In recognition of the outstanding achievements of these Muslims, Sylhet is often referred to as 'City of Saints' and considered to be the spiritual capital of the country.

    Dargah sharif

    Shah Jalal died in Sylhet in or around the year 1350. His shrine is located in the north of the city, Amberkhana, and is known as Dargah-e-Shah Jalal, or locally as Shah Jalal's Dargah sharif or mazar.

    The dargah sharif contains some artifacts belonging to Shah Jalal, for example his sword and his robes. The graveyard of the dargah sharif is also the most sought after resting place for many prominent Sylhet people.

    Shah Jalal is often mistakenly reverred as Hazrat or given the title R.A, both of which are misconceptual and incorrect in islam.

    1858: Strategic importance for British Rule

    During the time of the British rule in India (1858 - 1947) the British East India Company became interested in Sylhet and saw it as an area of strategic importance in the war against Burma (to the east of Bangladesh). Sylhet became part of British control and administration and was governed as a part of Bengal.

    British's Sylheti agent Robert Lindsay

    On 23 June 1757 the British East India Company (BEIC) defeated Siraj-ud-Daulah, Nawab of Bengal, in the Battle of Plassey, near Kolkata, with the help of the treacherous Mir Jafar to establish their dominancy in India. In 1764 their military control was reaffirmed at Battle of Buxar when the BEIC beat the combined armies of Mir Qasim (Nawab of Bengal), Shuja-ud-Daulah (Nawab of Awadh) and Mughal Emperor Shah Alam II. The subsequent treaty gained them the Diwani, the taxation rights, for Bengal and Bihar.

    In 1778 the BEIC appointed Robert Lindsay as "Resident (tax) Collector" of Sylhet.

    Lindsay, an enterprising Scot, was determined to fill the Company's coffers. But at the same time he meant to look out for himself. Shortly after arriving in Sylhet, he started trading in elephants and limestone, and within a few years made a personal fortune. His dual role as trader and governor, however, stirred discontent. The Muslims of India were still smarting from their recent losses at British hands, and the Sylhetis in particular yearned for freedom.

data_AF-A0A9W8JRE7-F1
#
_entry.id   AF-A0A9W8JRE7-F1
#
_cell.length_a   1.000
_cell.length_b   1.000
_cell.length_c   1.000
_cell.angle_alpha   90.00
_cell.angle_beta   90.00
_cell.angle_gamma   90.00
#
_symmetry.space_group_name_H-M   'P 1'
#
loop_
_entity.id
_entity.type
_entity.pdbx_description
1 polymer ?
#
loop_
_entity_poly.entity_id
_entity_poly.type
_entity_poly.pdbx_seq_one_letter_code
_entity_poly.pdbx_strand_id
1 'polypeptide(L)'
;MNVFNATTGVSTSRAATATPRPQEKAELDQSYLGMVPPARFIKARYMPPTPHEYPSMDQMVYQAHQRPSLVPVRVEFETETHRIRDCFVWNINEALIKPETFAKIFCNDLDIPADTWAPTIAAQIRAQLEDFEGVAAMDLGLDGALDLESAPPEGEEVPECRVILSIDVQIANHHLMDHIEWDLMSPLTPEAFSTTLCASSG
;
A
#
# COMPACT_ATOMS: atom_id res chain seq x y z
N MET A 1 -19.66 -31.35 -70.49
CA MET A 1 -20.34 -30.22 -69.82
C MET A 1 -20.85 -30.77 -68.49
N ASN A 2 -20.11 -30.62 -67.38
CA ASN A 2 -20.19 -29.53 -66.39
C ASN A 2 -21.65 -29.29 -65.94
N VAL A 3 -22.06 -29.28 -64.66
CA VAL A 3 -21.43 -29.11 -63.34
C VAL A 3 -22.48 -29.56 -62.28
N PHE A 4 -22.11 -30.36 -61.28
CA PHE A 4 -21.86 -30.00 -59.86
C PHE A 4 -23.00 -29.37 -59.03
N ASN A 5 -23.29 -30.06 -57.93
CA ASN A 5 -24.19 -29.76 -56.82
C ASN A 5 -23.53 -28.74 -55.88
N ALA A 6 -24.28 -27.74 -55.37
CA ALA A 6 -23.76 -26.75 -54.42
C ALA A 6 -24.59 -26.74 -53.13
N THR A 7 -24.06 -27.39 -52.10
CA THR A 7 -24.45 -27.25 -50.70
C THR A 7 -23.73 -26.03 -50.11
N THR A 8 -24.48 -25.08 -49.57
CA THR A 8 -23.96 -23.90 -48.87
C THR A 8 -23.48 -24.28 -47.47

Syed Zain Al-mahmood, Journalist

    The leading families of Sylhet were stalwart Muslims, descendants of a long line of warriors and reformers beginning with Shah Jalal, the 'Saint of Kunya' and his companions. Lindsay himself regarded the tomb of Shah Jalal as a potential hotbed of resistance.

    Flooding increases hostility towards British

    Disaster struck the region in 1781 when a devastating flood wiped out the crop. The resulting famine killed almost a third of the population. Although Lindsay wrote to Fort William - BEIC's base in Kolkata - urging tax exemption, the locals blamed the British for failing to prevent the catastrophe. There was an uprising, led by brothers Syed Muhammad Hadi and Syed Muhammad Mahdi (known locally as Hada Miah and Mada Miah), sons of a prominent local family. In his memoire "Anecdotes of An Indian Life", Lindsay simply refers to the leader of the rebellion as "Pirzada" - literally, "son of a religious leader".

    In 1782, Lindsay and his army faced the Pirzada's followers near the site of the famed Shahi Eidgah in Sylhet. The rebels, armed with swords and spears, were no match for the firepower of the British. Although they fought gallantly, the uprising was swiftly quelled and the Pirzada was killed in battle. In his book Lindsay recalls how he lived in fear of revenge attacks by the Pirzada's followers for as long as he remained in Sylhet.

    In his autobiography Lindsay described in details the conditions of agriculture and manufactures. He reported that main attraction of Sylhet to the colonial government was chunam, rattan, elephants, fishes, timbers, betel nut, bamboo and so on. People from far flung districts used to come to Sylhet for fishes, timbers, betel nuts and bamboo. He described about the jungle state of Sylhet and presence of animals such as elephant, tiger, rhinoceros, leopard, deer, and wild fowl.